I would always strongly recommend reading Beowulf in the original Anglo-Saxon. There are many very good translations of Beowulf, but by necessity these use artistic license and do not always give us the best idea of what is specifically being said by the original poet. You also miss out on the beauty of the language and the impact of the alliteration to give cohesion to the poem if you read it in translation.
Many texts of Beowulf will come as a "facing page" translation—that is, with the Anglo-Saxon on one side and the English mirroring it on the other side. Anglo-Saxon can seem extremely confusing at first, but most copies of the poem will come with a glossary for the more obscure words, and if you get stuck, you can always look at the modern English for help. You will find that once you get going, you start to make sense of the Anglo-Saxon on your own. Reading Beowulf armed with a translation, then, is an excellent way to start out in learning and appreciating Anglo-Saxon properly. You can also find a very good translation of this kind online for free—see my link below.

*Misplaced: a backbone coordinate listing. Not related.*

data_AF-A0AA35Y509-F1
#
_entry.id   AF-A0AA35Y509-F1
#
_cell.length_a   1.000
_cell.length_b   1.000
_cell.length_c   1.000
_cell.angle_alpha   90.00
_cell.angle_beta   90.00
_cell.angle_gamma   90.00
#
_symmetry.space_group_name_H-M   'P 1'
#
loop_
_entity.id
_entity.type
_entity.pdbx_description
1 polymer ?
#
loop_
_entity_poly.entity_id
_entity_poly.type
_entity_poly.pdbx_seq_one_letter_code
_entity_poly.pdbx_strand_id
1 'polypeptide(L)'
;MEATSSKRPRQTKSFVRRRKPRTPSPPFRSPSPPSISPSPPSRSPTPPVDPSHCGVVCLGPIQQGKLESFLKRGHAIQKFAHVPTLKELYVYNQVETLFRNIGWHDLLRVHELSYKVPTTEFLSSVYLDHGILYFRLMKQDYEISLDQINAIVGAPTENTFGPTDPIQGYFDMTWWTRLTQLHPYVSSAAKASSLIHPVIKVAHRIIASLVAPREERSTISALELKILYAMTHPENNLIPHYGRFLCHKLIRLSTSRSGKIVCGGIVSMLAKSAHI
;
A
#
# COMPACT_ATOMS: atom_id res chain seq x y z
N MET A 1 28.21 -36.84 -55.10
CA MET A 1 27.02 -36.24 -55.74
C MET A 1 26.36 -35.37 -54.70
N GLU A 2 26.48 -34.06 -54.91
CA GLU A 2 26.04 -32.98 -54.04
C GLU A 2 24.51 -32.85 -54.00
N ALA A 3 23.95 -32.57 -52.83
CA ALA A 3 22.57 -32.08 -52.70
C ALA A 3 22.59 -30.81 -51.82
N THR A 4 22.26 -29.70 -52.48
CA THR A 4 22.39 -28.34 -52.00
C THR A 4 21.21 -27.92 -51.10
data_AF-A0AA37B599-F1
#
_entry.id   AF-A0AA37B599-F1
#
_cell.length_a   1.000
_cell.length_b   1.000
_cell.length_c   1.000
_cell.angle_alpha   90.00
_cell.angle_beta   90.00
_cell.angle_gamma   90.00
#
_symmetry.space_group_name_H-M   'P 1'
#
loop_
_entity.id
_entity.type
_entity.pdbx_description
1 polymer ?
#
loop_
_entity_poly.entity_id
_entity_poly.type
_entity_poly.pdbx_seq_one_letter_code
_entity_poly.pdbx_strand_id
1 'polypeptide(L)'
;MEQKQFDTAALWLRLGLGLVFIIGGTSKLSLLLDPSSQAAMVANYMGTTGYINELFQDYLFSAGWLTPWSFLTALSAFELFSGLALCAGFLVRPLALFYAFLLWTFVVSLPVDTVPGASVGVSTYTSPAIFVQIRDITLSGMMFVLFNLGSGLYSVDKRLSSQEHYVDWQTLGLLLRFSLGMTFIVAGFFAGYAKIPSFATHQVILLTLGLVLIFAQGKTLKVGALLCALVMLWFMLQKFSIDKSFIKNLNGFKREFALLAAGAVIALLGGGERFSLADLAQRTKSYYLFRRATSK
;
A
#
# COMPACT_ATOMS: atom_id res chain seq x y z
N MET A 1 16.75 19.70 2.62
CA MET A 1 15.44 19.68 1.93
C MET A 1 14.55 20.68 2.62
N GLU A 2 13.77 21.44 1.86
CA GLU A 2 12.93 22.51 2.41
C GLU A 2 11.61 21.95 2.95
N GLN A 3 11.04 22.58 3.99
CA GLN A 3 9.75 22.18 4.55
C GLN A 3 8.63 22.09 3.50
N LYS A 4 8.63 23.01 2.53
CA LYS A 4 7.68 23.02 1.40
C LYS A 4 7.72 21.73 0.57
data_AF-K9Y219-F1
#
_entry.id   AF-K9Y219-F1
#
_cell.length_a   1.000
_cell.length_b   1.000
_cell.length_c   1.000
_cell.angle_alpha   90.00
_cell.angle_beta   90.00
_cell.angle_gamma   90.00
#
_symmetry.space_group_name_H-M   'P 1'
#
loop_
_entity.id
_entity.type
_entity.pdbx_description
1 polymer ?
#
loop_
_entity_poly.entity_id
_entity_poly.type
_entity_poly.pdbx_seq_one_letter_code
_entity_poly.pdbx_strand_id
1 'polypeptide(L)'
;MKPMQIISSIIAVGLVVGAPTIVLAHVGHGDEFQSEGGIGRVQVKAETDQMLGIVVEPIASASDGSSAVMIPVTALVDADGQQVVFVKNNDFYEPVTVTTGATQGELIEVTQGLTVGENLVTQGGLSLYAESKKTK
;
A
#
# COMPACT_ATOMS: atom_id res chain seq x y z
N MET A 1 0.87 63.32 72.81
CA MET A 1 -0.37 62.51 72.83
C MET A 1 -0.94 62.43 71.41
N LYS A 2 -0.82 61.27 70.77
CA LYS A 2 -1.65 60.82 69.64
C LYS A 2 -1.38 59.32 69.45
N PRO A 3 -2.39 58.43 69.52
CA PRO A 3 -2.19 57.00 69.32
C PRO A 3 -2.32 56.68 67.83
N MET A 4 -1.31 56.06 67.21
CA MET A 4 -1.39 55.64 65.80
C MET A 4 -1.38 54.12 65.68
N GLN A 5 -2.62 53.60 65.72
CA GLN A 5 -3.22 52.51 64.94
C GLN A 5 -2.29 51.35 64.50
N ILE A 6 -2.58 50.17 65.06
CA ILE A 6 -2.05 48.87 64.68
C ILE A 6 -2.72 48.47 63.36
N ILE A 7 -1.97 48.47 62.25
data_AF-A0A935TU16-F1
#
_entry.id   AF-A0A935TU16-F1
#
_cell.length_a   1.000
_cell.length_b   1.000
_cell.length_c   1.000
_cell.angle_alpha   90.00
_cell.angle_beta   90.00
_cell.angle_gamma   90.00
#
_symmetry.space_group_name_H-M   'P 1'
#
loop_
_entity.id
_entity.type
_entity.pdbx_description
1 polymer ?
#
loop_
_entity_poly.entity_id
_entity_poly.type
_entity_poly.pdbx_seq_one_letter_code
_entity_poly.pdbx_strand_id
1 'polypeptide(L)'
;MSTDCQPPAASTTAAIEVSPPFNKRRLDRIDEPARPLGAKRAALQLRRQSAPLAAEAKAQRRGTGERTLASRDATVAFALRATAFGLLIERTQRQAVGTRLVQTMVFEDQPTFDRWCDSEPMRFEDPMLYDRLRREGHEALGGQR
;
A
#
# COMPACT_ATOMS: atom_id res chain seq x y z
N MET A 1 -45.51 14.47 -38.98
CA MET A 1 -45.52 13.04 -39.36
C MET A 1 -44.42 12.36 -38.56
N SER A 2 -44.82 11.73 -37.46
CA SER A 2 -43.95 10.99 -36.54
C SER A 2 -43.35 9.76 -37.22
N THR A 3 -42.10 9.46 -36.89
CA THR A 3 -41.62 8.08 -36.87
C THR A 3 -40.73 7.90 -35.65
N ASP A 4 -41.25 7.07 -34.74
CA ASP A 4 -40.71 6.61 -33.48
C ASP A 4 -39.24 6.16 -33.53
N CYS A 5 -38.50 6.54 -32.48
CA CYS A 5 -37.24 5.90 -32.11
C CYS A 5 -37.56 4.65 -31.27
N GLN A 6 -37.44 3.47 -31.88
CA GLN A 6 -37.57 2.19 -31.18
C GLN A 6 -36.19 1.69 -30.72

If you'd like to know how the Anglo-Saxon is supposed to be said, there are lots of resources online to help you with this, too. Please see my link here. As a general guideline, remember that "c" is always hard, unless followed by an "i" (so "cyning", modern English king, is pronounced "kinning," while "cild," modern English child is pronounced "chilled.") The ae sound is pronounced like the a in "cat," and sc is akin to modern "sh." You'll also encounter some special characters, thorn and eth, which are both pronounced as "th."